Next, another mad slab of funk (on the album's title track) followed by the dark cosmic exuberance of 'Confusion Armament Moon' before dropping the hyper-drive to experience more galactic beauty with 'When Your Love Feels It's Fading'. A hint of Van Halen or Iron Maiden here perhaps with a cracking guitar solo (yes, guitar solo) here at the end before a stray Moog whisks it into conclusion and we're off to explore the further reaches of space once again. The cosmos never looked so good and the soundtrack of the dreamy Balearic-esque 'Lonely Flight' and the excellent cosmic disco leanings of 'You Can't Have My Love', just help to accentuate that breathless feeling of standing on Saturn's Ring and staring at endless blankets of stars before 'Rising' back into hyper-space again.

The final leg of Mr. 8040 transports you gently into the 'Love Quadrant' and takes you back through time once more before it's 'Closing Titles' overwhelm you and leave you saying "hang on", and asking yourself, "Was in really on a journey through the darkest, most outer-reaches of space? Or was I in some sort of time portal with a soundtrack so surreal that it actually seemed that I was... physically, transported... somewhere (and where are my clothes?)"?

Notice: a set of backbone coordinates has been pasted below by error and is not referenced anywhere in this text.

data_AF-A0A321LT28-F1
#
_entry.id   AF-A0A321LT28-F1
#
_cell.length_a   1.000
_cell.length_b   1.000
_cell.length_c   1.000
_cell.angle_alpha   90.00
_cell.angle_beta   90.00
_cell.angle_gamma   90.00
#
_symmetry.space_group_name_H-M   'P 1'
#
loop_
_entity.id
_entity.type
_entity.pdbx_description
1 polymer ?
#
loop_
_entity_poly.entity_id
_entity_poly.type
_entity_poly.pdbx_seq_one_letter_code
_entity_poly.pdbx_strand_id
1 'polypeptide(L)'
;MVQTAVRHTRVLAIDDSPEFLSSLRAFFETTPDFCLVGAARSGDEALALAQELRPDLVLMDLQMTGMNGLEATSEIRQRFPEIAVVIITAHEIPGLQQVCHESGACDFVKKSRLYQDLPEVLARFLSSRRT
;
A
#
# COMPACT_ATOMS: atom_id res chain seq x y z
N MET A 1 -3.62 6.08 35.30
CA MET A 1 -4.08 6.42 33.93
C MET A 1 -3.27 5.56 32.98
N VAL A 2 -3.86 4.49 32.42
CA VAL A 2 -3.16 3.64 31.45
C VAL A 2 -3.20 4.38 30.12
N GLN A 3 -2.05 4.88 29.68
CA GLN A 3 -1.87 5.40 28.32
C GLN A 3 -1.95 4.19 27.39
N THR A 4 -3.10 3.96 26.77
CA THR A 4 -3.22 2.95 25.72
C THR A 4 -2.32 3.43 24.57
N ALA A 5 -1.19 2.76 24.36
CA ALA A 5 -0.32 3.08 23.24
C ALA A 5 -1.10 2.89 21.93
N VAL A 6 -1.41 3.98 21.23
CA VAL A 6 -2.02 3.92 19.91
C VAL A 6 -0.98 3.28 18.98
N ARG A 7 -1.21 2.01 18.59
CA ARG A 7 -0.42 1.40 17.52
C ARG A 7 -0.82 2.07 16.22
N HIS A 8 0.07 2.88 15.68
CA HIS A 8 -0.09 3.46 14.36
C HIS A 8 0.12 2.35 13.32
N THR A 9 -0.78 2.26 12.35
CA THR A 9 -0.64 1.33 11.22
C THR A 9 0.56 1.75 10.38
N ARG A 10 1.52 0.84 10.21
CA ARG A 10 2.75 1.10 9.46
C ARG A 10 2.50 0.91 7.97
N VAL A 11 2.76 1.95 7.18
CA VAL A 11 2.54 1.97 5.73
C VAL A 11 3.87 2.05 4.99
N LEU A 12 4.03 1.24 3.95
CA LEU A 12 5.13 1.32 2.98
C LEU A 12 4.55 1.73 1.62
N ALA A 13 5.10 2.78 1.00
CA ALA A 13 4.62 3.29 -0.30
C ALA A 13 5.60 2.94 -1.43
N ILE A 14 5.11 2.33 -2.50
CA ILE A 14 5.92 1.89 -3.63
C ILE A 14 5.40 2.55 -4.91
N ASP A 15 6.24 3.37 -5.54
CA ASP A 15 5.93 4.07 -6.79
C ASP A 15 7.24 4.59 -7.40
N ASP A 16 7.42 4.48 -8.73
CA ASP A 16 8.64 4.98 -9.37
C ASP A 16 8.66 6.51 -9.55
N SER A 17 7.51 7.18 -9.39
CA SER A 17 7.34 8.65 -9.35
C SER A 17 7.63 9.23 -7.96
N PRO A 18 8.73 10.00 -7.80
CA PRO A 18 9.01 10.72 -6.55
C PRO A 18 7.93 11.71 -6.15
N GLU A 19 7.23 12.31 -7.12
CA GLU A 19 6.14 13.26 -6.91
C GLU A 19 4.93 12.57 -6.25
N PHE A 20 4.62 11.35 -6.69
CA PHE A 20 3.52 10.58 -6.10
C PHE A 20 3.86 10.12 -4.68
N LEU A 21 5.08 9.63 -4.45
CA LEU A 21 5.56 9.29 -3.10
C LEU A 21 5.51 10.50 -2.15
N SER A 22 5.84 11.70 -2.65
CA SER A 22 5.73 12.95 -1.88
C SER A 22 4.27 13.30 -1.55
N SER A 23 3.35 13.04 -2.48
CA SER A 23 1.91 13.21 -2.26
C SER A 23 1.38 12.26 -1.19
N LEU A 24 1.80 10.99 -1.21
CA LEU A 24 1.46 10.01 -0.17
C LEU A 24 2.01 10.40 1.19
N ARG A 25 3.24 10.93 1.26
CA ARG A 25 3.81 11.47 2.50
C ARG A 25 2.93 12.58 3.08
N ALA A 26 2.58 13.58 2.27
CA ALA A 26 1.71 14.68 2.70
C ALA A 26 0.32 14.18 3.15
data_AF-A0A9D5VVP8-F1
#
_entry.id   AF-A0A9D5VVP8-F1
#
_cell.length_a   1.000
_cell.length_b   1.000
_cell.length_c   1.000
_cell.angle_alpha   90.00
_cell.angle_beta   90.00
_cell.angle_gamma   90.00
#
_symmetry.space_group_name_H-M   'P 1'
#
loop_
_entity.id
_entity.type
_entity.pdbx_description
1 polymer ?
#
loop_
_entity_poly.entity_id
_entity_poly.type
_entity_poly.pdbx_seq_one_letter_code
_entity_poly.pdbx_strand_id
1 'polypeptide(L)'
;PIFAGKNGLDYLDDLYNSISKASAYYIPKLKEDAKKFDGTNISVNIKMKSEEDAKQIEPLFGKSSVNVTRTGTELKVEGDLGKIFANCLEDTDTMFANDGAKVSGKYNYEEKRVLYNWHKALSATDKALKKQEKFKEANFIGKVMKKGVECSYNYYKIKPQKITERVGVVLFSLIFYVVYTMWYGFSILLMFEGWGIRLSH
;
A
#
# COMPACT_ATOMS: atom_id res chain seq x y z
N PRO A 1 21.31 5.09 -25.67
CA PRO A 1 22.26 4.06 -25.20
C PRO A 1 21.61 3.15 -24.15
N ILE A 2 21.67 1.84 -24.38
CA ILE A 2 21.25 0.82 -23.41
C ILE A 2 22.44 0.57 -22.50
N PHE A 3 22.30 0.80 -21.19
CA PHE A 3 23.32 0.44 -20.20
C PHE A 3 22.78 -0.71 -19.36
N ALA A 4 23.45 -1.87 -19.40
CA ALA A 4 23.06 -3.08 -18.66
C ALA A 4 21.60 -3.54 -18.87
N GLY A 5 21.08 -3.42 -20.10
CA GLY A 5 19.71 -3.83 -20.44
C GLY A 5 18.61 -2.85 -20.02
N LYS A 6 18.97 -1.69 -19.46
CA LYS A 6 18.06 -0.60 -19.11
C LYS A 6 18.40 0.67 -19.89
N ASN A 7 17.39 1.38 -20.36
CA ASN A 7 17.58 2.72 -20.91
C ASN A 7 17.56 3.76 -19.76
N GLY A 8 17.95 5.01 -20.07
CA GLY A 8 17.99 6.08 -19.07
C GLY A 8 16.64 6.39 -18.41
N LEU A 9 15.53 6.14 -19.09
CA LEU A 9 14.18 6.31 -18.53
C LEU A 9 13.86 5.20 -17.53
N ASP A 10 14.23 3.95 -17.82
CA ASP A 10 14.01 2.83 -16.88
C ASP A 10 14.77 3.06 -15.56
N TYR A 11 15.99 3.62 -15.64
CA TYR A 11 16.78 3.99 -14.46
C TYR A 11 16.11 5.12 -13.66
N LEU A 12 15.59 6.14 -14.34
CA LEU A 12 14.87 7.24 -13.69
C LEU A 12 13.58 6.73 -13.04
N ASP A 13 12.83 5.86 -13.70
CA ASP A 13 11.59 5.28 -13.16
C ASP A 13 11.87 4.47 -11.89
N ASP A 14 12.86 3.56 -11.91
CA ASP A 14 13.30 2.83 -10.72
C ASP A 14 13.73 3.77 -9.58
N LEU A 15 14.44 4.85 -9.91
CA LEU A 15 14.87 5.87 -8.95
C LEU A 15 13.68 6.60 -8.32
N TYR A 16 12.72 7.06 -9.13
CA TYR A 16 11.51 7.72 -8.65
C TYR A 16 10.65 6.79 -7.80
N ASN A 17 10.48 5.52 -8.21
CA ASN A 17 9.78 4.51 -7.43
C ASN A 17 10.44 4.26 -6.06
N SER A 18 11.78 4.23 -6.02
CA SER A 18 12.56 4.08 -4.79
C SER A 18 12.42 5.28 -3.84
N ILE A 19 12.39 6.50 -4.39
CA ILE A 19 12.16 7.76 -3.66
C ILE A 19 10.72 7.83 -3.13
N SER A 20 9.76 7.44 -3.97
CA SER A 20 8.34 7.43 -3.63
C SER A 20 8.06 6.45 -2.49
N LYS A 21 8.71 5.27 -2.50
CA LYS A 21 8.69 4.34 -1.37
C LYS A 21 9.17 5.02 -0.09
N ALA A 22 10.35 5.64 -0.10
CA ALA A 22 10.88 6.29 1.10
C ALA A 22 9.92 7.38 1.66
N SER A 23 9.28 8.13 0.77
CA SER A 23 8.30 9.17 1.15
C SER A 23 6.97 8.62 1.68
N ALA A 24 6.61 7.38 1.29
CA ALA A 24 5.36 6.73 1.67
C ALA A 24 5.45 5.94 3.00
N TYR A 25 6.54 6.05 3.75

I think, it is pointless to ask too many questions really. Just let your imagination run completely rampant as you listen to this. For Jack Hamill aka Mr.8040 aka Space Dimension Controller has not only managed to control space, but somewhat, conquer it, or at least begin to. And while on his quest to do so, and return to his home planet of Microsector-50, has managed to write a storybook and a soundtrack to it that could very well be Star Trek re-visited, beyond the 24th Century, only a hell of a lot more funked up. Honestly, you don't have to be a sci-fi buff to fully enjoy this, that's really the magic of this album really. Just open your mind to your most vivid sense of imagination and allow yourself the time to enjoy the narratives on this -- it helps in your greater understanding of Jack Hamill's work and mind. It’s the sum of his musical influences distilled into 68 minutes of unalloyed electronic pleasure. My only criticism would be that I would've enjoyed a longer stretch of the journey through hyperspace, but, hell, what do I know about flying a space craft anyway!



Vinyl Tracklist:
01. Feature Presentation
02. 2357 A.D.
03. Mr. 8040's Introduction
04. Welcome to Mikrosector-50
05. Confusion on the Armament Moon
06. When Your Love Feels Like It's Fading
07. A Lonely Flight to EroDru-10
08. You Can't Have My Love
09. Rising
10. Quadraskank Interlude
11. The Love Quadrant
12. Back Through Time with a Mission of Groove
13. Closing Titles

Buy:
http://randsrecords.greedbag.com/buy/welcome-to-mikrosector-0/


By | Brendon P
Tags | Reviews - Albums , Audio , Disco , Ambient , Funk , Balaeric , Nu-Disco